Barnett made the case that capping hotel rooms in Sonoma would make it easier for the city to fill those it already has. He also criticized city leaders for creating a Tourism Improvement District last year that levies an additional 2 percent tax on lodgings, ostensibly to fund more efforts to attract visitors.
Barnett said city leaders are “constantly chasing their own tails to capture a return on their investments in hotels.”
Barnett contends that the 80 percent occupancy rate envisioned in the proposed ballot measure — which has yet to be drafted — is achievable, and that the committee’s efforts don’t amount to a ban on larger-scale hotel development for as long as the ordinance is in effect.
Barnett said he was able to surpass that threshold in 2000 when he owned the Thistle Dew Inn, which has six rooms. He sold the business in 2003.
Countywide, the hotel occupancy rate has exceeded 80 percent twice in the past five years — in last August and September. Last year’s overall occupancy rate of 68.4 percent was the highest since 2008, according to Smith Travel Research.
Barnett informed the City Council of the committee’s intentions to seek a ballot measure at the council’s Monday night meeting.
The group also issued a press release listing Chateau Sonoma and two other sites where hotel projects are “proposed or being considered right now.” It listed them as the former site of Sonoma Truck and Auto at Broadway and MacArthur, and an expansion at the Inn at Sonoma on Broadway near Patten Street.
Goodison said he has had two meetings with representatives from the Kessler Collection, a Florida-based company that specializes in boutique and luxury hotels, regarding the former auto location site. He said the group has not submitted any proposals.
Kessler representatives declined comment Wednesday.
The eight-room expansion at the Inn at Sonoma, which will push the total to 27 rooms, already has received the necessary approvals from the city Planning Commission. That occurred in December at a meeting at which there was no opposition voiced.
The inn’s owner, retired attorney Dan Parks, expressed dismay Wednesday that his establishment would be viewed as large-scale development under the rules proposed by Barnett’s committee.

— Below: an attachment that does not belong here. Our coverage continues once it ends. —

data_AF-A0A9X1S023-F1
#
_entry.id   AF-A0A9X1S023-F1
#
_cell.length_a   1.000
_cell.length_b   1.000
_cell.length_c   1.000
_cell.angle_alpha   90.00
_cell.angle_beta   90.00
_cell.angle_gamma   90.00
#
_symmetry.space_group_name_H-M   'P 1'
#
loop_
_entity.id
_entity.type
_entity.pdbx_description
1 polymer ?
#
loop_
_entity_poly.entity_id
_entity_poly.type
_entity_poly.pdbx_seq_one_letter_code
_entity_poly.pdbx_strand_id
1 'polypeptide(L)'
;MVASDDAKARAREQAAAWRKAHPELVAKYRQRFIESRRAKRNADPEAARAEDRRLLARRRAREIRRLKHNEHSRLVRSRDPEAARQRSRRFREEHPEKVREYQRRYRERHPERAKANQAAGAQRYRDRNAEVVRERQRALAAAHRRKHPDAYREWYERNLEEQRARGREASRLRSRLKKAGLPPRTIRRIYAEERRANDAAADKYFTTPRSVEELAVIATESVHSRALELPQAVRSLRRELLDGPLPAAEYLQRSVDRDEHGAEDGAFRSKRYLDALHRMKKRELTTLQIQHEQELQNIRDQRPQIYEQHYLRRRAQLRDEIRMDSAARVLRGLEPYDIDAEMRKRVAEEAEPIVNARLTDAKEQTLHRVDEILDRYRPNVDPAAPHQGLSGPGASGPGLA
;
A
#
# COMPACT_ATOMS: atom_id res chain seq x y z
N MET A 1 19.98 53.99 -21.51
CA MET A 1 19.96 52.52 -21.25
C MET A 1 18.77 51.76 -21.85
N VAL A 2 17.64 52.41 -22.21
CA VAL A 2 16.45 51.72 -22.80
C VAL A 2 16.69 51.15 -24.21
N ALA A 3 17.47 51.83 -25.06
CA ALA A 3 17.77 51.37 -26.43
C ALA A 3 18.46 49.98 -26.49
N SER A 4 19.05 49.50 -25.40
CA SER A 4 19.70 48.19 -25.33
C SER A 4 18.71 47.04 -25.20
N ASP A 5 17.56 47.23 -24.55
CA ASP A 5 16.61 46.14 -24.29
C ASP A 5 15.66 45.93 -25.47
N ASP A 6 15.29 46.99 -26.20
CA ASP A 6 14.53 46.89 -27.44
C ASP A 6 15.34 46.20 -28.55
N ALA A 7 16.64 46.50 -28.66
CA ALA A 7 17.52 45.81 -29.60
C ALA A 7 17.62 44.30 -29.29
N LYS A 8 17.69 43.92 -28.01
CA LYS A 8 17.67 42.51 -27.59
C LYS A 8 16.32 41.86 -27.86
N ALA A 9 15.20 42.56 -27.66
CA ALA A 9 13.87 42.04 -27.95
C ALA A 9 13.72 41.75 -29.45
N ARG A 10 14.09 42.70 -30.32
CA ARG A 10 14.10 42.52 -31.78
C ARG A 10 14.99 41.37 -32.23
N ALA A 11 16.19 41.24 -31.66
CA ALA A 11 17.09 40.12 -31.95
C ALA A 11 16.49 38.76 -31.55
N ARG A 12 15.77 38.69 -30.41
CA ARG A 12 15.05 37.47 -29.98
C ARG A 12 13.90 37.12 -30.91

“I don’t think of 27 rooms as a big hotel, but now I’m classified as that,” he said.
The city’s largest hotel, The Lodge at Sonoma Resort & Spa on Broadway at Napa and Leveroni roads at the southern edge of the city, easily would exceed the rules proposed by the Preserving Sonoma group given that it has 174 rooms and four suites.
Foes of large-scale hotel development in Sonoma have had success in the past with the initiative process, most notably in 1999, when the city’s voters overwhelmingly rejected a $62 million, 105-room resort that had been proposed on a hillside that forms the city’s backdrop. The 60-acre site now includes the city’s Overlook Trail.
Ken Brown signed the petition seeking the ballot measure while he was serving on the City Council. He’s now mayor.
Brown on Wednesday said he has “no opinion one way or another” about Anderson’s proposed development, saying he will reserve judgment until the plans come to the City Council.
To qualify for a special election, petitioners must gather 1,017 signatures, or 15 percent of the city’s 6,782 registered voters. Barnett predicted that will be “very easy.”
The City Council would then have the choice of adopting the ordinance or ordering a special election no later than 103 days from when the petition is reported.
The cost of the special election, estimated to be between $20,322 and $33,870, would be borne by the city.
You can reach Staff Writer Derek Moore at 521-5336 or firstname.lastname@example.org. On Twitter @deadlinederek.